After Judgement: Freedom

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Invoking a World of Ideas

Theory and Interpretation in the Justification of Colonialism

David Boucher

relies upon a distinction between judgements and propositions. Judgements may be warrantably assertible, while it is propositions that are more likely to be subject to verification or refutation ( Burke 1994: 157 ). ‘Judgement’, Dewey argued, ‘may be

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Andrew Dobson

Sartre’s second volume of the Critique of Dialectical Reason1 presents us with an important irony: of all the phenomena of the twentieth century that demand a moral judgement, Stalinism must be near the top of the list – yet such judgement is hard to find in Sartre’s Critique. Part of my task in the following will be to explain this. It is not that moral judgement is wholly absent: Sartre describes the theory and practice of ‘Socialism in One Country’ as a ‘monstrosity’ [CDR2:103] characterised by ‘its uncouth, misguided crudity’ [CDR2:111], and he has no trouble with peremptorily asserting that the Russian Revolution’s good fortune at being pushed through by the ‘Man of Steel’ was matched on the debit side by Stalin’s ‘universal incompetence’ and his ‘dogmatic crudeness’ [CDR2:205].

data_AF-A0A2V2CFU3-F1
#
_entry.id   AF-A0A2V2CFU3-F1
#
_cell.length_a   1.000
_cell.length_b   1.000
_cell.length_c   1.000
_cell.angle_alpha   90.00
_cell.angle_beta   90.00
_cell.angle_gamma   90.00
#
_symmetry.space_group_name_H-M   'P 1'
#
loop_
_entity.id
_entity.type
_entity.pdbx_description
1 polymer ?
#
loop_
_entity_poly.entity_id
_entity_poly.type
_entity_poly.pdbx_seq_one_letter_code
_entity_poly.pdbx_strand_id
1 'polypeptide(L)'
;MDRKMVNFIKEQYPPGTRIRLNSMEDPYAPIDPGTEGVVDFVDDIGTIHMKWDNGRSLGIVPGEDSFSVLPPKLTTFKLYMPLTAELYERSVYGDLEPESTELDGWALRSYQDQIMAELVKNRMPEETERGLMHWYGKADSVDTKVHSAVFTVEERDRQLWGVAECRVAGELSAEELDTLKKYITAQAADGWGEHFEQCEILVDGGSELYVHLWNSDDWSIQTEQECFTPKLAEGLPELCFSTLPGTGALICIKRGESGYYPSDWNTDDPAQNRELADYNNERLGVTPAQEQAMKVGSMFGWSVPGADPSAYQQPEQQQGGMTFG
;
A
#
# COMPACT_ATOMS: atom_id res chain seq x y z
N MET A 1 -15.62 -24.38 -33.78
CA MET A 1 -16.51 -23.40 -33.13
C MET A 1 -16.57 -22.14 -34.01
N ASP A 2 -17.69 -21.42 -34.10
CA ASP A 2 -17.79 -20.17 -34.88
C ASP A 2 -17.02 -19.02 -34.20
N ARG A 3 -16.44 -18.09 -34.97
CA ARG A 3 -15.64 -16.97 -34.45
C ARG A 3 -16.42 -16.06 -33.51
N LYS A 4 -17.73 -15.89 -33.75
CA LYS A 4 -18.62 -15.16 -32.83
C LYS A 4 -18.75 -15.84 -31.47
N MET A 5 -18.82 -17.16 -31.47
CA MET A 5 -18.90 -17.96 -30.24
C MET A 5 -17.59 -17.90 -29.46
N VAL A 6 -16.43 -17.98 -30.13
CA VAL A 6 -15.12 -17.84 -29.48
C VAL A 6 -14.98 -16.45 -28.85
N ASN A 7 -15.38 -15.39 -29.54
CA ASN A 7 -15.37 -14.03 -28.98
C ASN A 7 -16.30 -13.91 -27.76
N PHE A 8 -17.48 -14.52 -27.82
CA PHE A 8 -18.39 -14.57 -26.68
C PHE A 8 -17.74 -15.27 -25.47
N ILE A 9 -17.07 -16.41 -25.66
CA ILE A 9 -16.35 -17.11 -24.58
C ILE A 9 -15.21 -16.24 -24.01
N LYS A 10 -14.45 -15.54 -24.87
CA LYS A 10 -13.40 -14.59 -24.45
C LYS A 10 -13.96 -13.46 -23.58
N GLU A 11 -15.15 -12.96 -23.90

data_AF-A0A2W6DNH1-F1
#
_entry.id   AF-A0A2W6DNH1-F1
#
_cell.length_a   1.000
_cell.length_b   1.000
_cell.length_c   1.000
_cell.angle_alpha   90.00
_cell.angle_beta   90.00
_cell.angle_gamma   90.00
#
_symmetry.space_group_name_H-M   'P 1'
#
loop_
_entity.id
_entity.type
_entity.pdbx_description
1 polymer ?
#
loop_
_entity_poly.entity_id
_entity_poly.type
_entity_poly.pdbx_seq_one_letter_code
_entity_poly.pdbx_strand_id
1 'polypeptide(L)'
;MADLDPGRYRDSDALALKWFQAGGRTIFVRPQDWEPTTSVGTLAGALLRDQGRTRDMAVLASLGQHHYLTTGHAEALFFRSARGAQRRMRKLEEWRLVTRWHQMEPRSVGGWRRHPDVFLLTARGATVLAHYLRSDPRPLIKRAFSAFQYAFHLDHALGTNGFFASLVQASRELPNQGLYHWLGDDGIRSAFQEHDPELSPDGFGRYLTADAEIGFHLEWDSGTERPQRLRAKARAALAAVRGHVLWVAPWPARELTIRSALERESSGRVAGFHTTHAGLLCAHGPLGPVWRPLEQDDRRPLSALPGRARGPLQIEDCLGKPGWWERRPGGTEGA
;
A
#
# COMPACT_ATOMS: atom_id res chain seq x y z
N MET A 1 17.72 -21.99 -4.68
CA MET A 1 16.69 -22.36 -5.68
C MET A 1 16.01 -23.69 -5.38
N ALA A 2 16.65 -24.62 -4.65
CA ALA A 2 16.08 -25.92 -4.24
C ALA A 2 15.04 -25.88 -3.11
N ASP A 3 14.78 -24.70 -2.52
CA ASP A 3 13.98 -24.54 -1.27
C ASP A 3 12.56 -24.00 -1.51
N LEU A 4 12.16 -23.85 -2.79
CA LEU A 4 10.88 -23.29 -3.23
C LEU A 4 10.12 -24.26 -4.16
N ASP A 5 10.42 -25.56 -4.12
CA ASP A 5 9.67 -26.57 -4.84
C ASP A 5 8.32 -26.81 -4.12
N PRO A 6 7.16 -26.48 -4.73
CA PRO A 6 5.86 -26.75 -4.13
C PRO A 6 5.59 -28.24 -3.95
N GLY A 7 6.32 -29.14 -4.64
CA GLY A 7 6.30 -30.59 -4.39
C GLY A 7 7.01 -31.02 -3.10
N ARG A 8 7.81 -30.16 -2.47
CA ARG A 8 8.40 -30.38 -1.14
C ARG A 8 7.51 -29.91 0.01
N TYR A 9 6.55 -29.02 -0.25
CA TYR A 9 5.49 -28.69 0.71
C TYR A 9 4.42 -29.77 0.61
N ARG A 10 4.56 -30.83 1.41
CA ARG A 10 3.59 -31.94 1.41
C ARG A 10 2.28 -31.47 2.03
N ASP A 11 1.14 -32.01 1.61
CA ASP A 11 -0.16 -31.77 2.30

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'Your Heart Is Not Warm Unless You Steal!'

Constructions of Theft and Stealing

Ada I. Engebrigtsen

A proverb common in Romania, generally referring to gypsies, claims that 'your heart is not warm unless you steel'. During the author's fieldwork in a village in Transylvania it was, obvious, however, that the moral judgement on theft and stealing varies greatly according to context. The article discusses the social construction of theft in different empirical contexts and historical periods from wartime looting in India to theft of state property in Romania and how the definition and judgement in each case are embedded in social relations and social structures. The article's main objective is to unmask social relations of power and domination that are often hidden behind definitions and judgements concerning the acquisition of the property of others. Thus theft cannot be understood as either legal or moral; instead, it ties together the moral and the legal, the collective and the individual, objects and persons in different ways in different contexts.

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Mariam Thalos

Human freedom resides primarily in exercise of that capacity that humans employ more abundantly than any other species on earth: the capacity for judgement. And in particular: that special judgement in relation to Self that we call aspiration. Freedom is not the absence of a field of (other) powers; instead, freedom shows up only against the reticulations of power impinging from without. For freedom worthy of the name must be construed as an exercise of power within an already-present field of power. Thus, liberty and causal necessity are not obverses.